In his darkened lab at MIT, Marc Baldo shines an ultraviolet lamp on a 10-centimeter square of glass. He has coated the surfaces of the glass with dyes that glow faintly orange under the light. Yet the uncoated edges of the glass are shining more brightly–four neat, thin strips of luminescent orange.
The sheet of glass is a new kind of solar concentrator, a device that gathers diffuse light and focuses it onto a relatively small solar cell. Solar cells, multilayered electronic devices made of highly refined silicon, are expensive to manufacture, and the bigger they are, the more they cost. Solar concentrators can lower the overall cost of solar power by making it possible to use much smaller cells. But the concentrators are typically made of curved mirrors or lenses, which are bulky and require costly mechanical systems that help them track the sun.
Unlike the mirrors and lenses in conventional solar concentrators, Baldo’s glass sheets act as waveguides, channeling light in the same way that fiber-optic cables transmit optical signals over long distances. The dyes coating the surfaces of the glass absorb sunlight; different dyes can be used to absorb different wavelengths of light. Then the dyes reëmit the light into the glass, which channels it to the edges. Solar-cell strips attached to the edges absorb the light and generate electricity. The larger the surface of the glass compared with the thickness of the edges, the more the light is concentrated and, to a point, the less the power costs.
Baldo, an associate professor of electrical engineering, published his findings recently in Science. On their basis, he projects that his solar concentrators could be made big enough for the electricity they help generate to compete with electricity from fossil fuels. Indeed, says Baldo, panels equipped with the concentrators “could be the cheapest solar technology.”
The process for making Baldo’s solar concentrators begins down the hall in another lab. A postdoctoral researcher, Shalom Goffri, takes several bottles filled with colorful dye powders from a cabinet and measures the powders into small vials. Some of the dyes were developed for use in car paints; others have been used in organic light-emitting diodes. Both types of dyes can last for years in the sun, a quality essential for solar concentrators. Once he has measured out the powders, Goffri adds a solvent to each to make a liquid ink.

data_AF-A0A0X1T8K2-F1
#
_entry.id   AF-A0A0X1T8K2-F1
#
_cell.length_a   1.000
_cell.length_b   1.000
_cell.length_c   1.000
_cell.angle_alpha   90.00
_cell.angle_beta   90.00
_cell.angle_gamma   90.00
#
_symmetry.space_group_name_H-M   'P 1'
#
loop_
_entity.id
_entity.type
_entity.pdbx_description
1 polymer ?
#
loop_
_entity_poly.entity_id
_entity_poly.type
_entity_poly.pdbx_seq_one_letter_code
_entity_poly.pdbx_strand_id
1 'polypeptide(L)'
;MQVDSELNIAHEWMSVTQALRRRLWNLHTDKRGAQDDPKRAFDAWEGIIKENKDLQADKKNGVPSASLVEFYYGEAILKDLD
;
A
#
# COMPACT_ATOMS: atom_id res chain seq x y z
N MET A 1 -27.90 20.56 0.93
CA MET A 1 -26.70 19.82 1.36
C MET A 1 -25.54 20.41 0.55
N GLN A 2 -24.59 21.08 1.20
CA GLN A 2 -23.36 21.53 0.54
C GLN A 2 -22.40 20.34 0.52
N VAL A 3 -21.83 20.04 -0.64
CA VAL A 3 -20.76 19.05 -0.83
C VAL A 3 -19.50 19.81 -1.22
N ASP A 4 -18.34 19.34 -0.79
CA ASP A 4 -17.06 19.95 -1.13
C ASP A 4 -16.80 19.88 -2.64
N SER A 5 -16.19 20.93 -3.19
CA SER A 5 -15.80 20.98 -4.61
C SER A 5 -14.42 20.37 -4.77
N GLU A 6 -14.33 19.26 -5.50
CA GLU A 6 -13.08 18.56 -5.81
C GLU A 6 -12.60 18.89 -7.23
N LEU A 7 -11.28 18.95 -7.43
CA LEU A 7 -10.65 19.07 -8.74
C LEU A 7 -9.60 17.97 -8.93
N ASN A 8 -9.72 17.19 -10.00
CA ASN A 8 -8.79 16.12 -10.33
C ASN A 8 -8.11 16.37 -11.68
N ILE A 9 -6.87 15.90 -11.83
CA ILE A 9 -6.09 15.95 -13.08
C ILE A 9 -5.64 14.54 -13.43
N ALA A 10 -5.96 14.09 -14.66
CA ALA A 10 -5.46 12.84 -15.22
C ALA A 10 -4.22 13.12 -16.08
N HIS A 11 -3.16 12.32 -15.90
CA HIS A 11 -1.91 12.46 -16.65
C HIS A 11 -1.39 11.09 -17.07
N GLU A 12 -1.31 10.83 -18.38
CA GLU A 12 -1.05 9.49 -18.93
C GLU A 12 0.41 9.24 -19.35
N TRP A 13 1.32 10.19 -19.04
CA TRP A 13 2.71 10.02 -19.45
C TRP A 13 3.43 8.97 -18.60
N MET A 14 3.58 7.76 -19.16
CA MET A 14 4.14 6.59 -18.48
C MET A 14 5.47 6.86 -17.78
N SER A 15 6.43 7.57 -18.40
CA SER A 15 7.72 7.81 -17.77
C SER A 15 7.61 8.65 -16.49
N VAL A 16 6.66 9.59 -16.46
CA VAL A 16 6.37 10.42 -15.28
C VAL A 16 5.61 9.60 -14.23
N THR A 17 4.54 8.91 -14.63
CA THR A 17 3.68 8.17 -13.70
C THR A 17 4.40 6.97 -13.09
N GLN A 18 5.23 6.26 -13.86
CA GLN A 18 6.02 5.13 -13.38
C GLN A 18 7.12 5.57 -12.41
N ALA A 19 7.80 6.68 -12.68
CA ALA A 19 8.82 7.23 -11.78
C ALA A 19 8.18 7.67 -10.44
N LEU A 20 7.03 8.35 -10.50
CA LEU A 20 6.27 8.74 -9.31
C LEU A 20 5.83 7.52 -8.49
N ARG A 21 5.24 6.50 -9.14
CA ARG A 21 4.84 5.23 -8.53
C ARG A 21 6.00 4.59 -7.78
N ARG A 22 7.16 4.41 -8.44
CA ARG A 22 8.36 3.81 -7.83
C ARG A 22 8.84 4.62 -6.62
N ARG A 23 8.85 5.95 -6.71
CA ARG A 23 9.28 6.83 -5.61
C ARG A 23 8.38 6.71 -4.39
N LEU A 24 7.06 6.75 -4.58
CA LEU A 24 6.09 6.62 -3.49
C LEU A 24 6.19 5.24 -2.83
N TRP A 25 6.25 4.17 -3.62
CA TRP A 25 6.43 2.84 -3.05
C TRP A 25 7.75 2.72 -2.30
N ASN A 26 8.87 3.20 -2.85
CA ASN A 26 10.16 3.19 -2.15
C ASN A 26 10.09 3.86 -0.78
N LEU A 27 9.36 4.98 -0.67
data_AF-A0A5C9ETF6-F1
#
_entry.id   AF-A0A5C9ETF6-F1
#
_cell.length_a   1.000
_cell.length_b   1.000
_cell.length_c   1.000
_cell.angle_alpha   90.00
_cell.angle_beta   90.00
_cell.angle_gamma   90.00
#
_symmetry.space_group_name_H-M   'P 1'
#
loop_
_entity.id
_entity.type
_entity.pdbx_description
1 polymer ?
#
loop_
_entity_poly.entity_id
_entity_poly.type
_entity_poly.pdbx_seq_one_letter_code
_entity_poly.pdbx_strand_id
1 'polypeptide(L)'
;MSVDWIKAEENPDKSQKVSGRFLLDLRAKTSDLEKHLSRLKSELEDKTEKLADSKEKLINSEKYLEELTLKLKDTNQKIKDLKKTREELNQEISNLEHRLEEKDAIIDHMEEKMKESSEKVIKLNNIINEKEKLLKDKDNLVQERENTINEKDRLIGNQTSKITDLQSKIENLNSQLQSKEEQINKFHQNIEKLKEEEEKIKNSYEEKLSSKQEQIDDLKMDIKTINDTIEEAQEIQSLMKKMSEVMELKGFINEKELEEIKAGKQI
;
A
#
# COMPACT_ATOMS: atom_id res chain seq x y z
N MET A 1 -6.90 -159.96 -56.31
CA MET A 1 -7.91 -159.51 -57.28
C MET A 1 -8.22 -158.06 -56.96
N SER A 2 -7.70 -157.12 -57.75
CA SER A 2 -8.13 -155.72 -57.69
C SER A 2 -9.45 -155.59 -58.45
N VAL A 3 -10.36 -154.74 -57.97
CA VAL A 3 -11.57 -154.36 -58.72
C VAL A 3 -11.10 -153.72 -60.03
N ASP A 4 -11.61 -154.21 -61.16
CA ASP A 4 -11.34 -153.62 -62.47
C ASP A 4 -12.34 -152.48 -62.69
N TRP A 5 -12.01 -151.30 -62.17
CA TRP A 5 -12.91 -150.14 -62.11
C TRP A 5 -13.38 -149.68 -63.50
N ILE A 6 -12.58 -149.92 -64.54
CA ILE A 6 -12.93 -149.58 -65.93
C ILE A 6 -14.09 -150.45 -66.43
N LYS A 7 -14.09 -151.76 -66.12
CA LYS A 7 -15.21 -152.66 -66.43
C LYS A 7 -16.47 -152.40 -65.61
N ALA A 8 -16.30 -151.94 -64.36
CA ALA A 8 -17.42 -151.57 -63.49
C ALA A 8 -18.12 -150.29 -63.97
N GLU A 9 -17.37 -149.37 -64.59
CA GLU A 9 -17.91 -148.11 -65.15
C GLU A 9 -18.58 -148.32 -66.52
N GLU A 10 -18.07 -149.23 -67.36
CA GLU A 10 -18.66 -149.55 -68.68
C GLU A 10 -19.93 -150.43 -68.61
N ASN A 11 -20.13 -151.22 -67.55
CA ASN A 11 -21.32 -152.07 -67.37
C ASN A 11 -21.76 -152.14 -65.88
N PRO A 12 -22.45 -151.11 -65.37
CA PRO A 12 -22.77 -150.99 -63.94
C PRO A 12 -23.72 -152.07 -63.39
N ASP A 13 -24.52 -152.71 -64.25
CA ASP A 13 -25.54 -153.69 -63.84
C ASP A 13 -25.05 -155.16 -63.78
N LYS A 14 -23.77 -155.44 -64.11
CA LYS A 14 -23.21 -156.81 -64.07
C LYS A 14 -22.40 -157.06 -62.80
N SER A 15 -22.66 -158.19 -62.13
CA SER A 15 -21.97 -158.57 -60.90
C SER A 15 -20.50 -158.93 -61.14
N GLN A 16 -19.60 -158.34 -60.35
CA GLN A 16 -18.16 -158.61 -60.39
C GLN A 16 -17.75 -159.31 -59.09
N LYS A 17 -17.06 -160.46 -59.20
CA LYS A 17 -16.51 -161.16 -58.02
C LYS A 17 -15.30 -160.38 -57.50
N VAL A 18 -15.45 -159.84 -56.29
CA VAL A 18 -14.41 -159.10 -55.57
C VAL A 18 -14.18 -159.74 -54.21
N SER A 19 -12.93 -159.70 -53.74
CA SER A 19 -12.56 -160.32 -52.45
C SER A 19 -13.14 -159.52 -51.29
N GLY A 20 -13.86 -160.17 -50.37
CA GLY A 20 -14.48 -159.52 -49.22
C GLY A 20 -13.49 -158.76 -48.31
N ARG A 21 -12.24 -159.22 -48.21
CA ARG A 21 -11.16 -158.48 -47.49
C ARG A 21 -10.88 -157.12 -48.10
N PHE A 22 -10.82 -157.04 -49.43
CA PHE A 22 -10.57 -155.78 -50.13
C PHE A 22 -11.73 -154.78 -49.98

The next steps take place inside a sealed box, so that Goffri doesn’t inhale the solvents used to make the dye. He reaches into the box, using thick black gloves mounted in its glass front, and carefully mixes together different inks. Determining the right combination of inks solved a fundamental problem that researchers have encountered with this type of solar concentrator. If the glass sheet is coated with a dye that absorbs sunlight in, say, the green-to-blue range of the solar spectrum and emits light of the same wavelength, the emitted light will be quickly reabsorbed by the dye, and little of it will ever reach the edge of the glass. The problem has limited the size of these solar concentrators, since the further the light needs to travel to the edges, the less of the light will make it.
By using certain combinations of dyes interspersed with other light-absorbing molecules, Baldo makes coatings that absorb one color but emit another. The emitted light is not quickly reabsorbed by the coatings, so more of it reaches the edges of the glass sheet.
The coatings that Goffri is making absorb ultraviolet through green light and emit orange light. Once Goffri has prepared the final mixture, he pours a small amount on a 10-centimeter-wide glass square–the largest that can fit inside a device that spins the glass at 2,000 revolutions per minute to spread the ink evenly. Within a minute or two, the solvent has evaporated and the process is finished. The solar concentrator, with its coating of orange dye, is complete.